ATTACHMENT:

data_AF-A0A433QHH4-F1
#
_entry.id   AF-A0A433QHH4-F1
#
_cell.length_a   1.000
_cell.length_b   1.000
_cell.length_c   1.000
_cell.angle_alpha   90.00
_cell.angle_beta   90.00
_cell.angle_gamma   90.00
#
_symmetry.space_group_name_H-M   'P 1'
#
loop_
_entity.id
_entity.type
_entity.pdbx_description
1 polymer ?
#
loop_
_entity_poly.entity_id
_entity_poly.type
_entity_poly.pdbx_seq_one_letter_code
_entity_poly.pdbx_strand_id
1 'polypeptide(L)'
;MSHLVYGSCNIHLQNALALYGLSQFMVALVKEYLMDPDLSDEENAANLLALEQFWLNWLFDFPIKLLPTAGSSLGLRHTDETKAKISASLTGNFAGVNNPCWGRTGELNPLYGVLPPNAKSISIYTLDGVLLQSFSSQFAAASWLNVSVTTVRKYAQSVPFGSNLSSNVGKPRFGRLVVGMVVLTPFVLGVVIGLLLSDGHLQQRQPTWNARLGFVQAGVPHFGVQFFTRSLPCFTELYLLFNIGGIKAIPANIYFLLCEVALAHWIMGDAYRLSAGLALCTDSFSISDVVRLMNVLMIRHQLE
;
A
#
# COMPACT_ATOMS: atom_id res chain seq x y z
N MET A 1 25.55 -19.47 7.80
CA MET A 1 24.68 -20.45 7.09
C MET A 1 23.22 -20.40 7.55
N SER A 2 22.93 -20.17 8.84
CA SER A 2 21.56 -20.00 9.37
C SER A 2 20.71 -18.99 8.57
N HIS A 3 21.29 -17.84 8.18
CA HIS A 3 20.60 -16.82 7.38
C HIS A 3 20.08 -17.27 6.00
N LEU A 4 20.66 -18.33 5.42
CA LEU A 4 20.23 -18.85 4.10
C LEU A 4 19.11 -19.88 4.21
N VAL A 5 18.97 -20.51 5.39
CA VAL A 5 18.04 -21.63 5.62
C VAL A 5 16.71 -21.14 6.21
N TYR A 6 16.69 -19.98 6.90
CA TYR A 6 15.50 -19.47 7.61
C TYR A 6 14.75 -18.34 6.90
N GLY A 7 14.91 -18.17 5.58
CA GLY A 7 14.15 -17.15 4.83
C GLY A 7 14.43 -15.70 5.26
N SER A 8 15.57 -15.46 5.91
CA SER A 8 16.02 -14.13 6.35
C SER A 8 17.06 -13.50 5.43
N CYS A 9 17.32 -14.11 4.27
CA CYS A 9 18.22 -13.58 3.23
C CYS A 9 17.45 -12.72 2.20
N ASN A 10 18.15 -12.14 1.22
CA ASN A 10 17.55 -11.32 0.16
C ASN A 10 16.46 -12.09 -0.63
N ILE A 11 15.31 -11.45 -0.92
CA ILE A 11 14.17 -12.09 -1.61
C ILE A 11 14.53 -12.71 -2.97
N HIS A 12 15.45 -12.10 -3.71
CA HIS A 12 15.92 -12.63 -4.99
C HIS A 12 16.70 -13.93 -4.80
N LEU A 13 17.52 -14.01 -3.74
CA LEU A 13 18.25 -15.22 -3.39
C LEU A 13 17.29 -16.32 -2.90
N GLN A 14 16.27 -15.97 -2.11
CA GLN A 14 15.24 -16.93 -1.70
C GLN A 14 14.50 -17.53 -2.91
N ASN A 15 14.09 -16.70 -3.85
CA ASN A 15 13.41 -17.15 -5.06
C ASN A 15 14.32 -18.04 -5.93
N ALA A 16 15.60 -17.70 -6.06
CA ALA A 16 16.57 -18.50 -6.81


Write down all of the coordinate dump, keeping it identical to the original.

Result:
data_AF-A0A433QHH4-F1
#
_entry.id   AF-A0A433QHH4-F1
#
_cell.length_a   1.000
_cell.length_b   1.000
_cell.length_c   1.000
_cell.angle_alpha   90.00
_cell.angle_beta   90.00
_cell.angle_gamma   90.00
#
_symmetry.space_group_name_H-M   'P 1'
#
loop_
_entity.id
_entity.type
_entity.pdbx_description
1 polymer ?
#
loop_
_entity_poly.entity_id
_entity_poly.type
_entity_poly.pdbx_seq_one_letter_code
_entity_poly.pdbx_strand_id
1 'polypeptide(L)'
;MSHLVYGSCNIHLQNALALYGLSQFMVALVKEYLMDPDLSDEENAANLLALEQFWLNWLFDFPIKLLPTAGSSLGLRHTDETKAKISASLTGNFAGVNNPCWGRTGELNPLYGVLPPNAKSISIYTLDGVLLQSFSSQFAAASWLNVSVTTVRKYAQSVPFGSNLSSNVGKPRFGRLVVGMVVLTPFVLGVVIGLLLSDGHLQQRQPTWNARLGFVQAGVPHFGVQFFTRSLPCFTELYLLFNIGGIKAIPANIYFLLCEVALAHWIMGDAYRLSAGLALCTDSFSISDVVRLMNVLMIRHQLE
;
A
#
# COMPACT_ATOMS: atom_id res chain seq x y z
N MET A 1 25.55 -19.47 7.80
CA MET A 1 24.68 -20.45 7.09
C MET A 1 23.22 -20.40 7.55
N SER A 2 22.93 -20.17 8.84
CA SER A 2 21.56 -20.00 9.37
C SER A 2 20.71 -18.99 8.57
N HIS A 3 21.29 -17.84 8.18
CA HIS A 3 20.60 -16.82 7.38
C HIS A 3 20.08 -17.27 6.00
N LEU A 4 20.66 -18.33 5.42
CA LEU A 4 20.23 -18.85 4.10
C LEU A 4 19.11 -19.88 4.21
N VAL A 5 18.97 -20.51 5.39
CA VAL A 5 18.04 -21.63 5.62
C VAL A 5 16.71 -21.14 6.21
N TYR A 6 16.69 -19.98 6.90
CA TYR A 6 15.50 -19.47 7.61
C TYR A 6 14.75 -18.34 6.90
N GLY A 7 14.91 -18.17 5.58
CA GLY A 7 14.15 -17.15 4.83
C GLY A 7 14.43 -15.70 5.26
N SER A 8 15.57 -15.46 5.91
CA SER A 8 16.02 -14.13 6.35
C SER A 8 17.06 -13.50 5.43
N CYS A 9 17.32 -14.11 4.27
CA CYS A 9 18.22 -13.58 3.23
C CYS A 9 17.45 -12.72 2.20
N ASN A 10 18.15 -12.14 1.22
CA ASN A 10 17.55 -11.32 0.16
C ASN A 10 16.46 -12.09 -0.63
N ILE A 11 15.31 -11.45 -0.92
CA ILE A 11 14.17 -12.09 -1.61
C ILE A 11 14.53 -12.71 -2.97
N HIS A 12 15.45 -12.10 -3.71
CA HIS A 12 15.92 -12.63 -4.99
C HIS A 12 16.70 -13.93 -4.80
N LEU A 13 17.52 -14.01 -3.74
CA LEU A 13 18.25 -15.22 -3.39
C LEU A 13 17.29 -16.32 -2.90
N GLN A 14 16.27 -15.97 -2.11
CA GLN A 14 15.24 -16.93 -1.70
C GLN A 14 14.50 -17.53 -2.91
N ASN A 15 14.09 -16.70 -3.85
CA ASN A 15 13.41 -17.15 -5.06
C ASN A 15 14.32 -18.04 -5.93
N ALA A 16 15.60 -17.70 -6.06
CA ALA A 16 16.57 -18.50 -6.81